As you might have guessed, the main protagonist is someone I named Taleweaver at the start. Perhaps I should address him as "I", but to my opinion there isn't enough identifying material in it to get that close to him (similarly to books: they're okay when written in first person perspective, but that doesn't mean I automatically consider myself to be the protagonist). I can't say to what degree you might identify with the protagonist, but I personally didn't felt it. The reason is that Japanese oversimplification: school girls always have to have perfect measurements and teases, boys overenflate their sense of insecurity toward them. Granted: that four-girl combo throws enough allegations, hints and intrigue to make a tactician's head explode. But come on... Is it really that far-fetched that girls may actually, y'know...find someone attractive? Yet the protagonist acts as naive as a five year old.

But clumsiness aside: there are some truly intimate moments in the game. Not in the traditional erotic sense (there's no nudity in this game), but moments that are borderline sensuality. I'd give a couple examples, but to be honest I think that without the context in which they happen, they just sound creepy or perverse. They're actually neither: these moments serve as a means to show bonding with one of the characters.

Visuals and sounds

DDLC uses this system found in many visual novels and low budget RPG's that is perhaps best described as "theatrical performance". That is: the graphic designer draws the character in a handful of body poses, draws a few extra facial expressions and calls it a day. The writer then writes the dialog and uses these drawings as advanced smileys at the end of each line sentence. It's more effective than it may sound here and gets the job done. Aside one or two quirks (Monika has one forward lurching pose that's just stupid) it works fairly well.

Screenshot - 1_2_2018 , 7_11_54 AM.png

Music and sounds are meh at best. Most of the time it's a happy synthesizer pop tune. Works with the pink environment and the theme, but at the very least I'd say that it loops too fast. It can just be me, though. I've seen people praise the music.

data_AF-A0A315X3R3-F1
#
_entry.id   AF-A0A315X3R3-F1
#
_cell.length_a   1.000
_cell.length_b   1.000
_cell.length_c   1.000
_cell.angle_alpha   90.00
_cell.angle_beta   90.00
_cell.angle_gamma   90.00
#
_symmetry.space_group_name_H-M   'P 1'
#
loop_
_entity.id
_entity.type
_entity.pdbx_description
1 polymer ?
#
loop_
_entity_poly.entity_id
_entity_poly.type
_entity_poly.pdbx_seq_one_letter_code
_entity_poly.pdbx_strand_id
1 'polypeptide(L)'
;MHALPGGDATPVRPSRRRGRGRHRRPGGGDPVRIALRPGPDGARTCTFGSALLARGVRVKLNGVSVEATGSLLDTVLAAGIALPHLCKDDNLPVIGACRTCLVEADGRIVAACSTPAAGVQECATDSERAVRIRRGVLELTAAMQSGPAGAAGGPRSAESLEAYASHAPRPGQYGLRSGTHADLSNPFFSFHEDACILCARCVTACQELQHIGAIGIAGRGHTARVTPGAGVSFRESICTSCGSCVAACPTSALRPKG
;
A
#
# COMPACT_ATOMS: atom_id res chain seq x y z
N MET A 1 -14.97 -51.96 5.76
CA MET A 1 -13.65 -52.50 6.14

Then again: that can also be because the soundtrack (and a few extra goodies) are the only way to actually *pay* the developers for their work. In other words: some are rallying for a buycot for this game.

Into the darkness

Most visual novels start out with a bang. Danganronpa and 'The wolf in you' start with someone being killed. Ghost trick with you being killed. 999 with Saw on a sinking ship AND someone being killed. The walking dead starts with almost everyone being killed. DDLC starts with...joining a literature club. So...why is only the last one getting this warning message at the start?

"Sexual content?"

Nope...sorry. It's a good guess, but the game having an (albeit small) erotic undertone isn't the reason. However, I can't talk about it without spoiling things. I'll get to this in a few paragraphs, but for now, it's important to stress that DDLC is a slow boil. You didn't accidentally got a "wimpy version" of the game, and the mature stuff isn't behind a pay wall either. But it's there. So last up for the asking price (zero bucks!) and play DDLC now. Or just click below and ruin the experience for yourself...

Warning: Spoilers inside!


If you ask me, playing (or reading, so you will) DDLC is time well spent. For a free game, the quality is top notch. But I've got to be honest: I can't leave out the "for a free game". As this is a visual novel, the quality of the game first and foremost depends on the quality of the writing. And as much as some love DDLC - I've seen people proclaim this the best visual novel ever - I can't agree to them. The plot is good, but IMHO not brilliant. Visual novels aren't my main preference, but I honestly think Song of Saya and 999 are better on this field. But don't let that discourage you. If you're an adult, have never played a visual novel before and just want to see what it's about, then this is a great entry.
+ A free game that can easily compete with indie's best
+ Pretty engaging if you put your mind to it
+ A solid experience that stays with you after playing it
+ Runs fluent on practically anything
- Choices barely matter
- Pacing could've been handled better
- Not that long (2-3 hours max)
7 Presentation
The game is basically 'what you see is what you get'. The music's passable, the artwork okay. Nothing that really pops out in incredibility value, but there's no negative point at all
4 Gameplay
Face it: you can play this game with one finger. The only real "gamey" element is picking words for a poem, and even that doesn't have a fail state. Note, though, that I would've preferred a "not applicable"...gameplay isn't a part of book reviews either, is it?
8 Lasting Appeal
This 8 is an answer to the question "to which degree does the game stay with you after playing it?". It's good. I've seen others claim this to be even great, and while I think they're overrating it, I can see their stance.
out of 10
Overall (not an average)
Overall something I would suggest to try (one last time: it's free). The time you put into getting into the game will leave you with a decent experience. It may not be what you're used to in a game - let's face it: this IS a niche kind of game - but that doesn't mean it's bad. Perhaps you should just try it?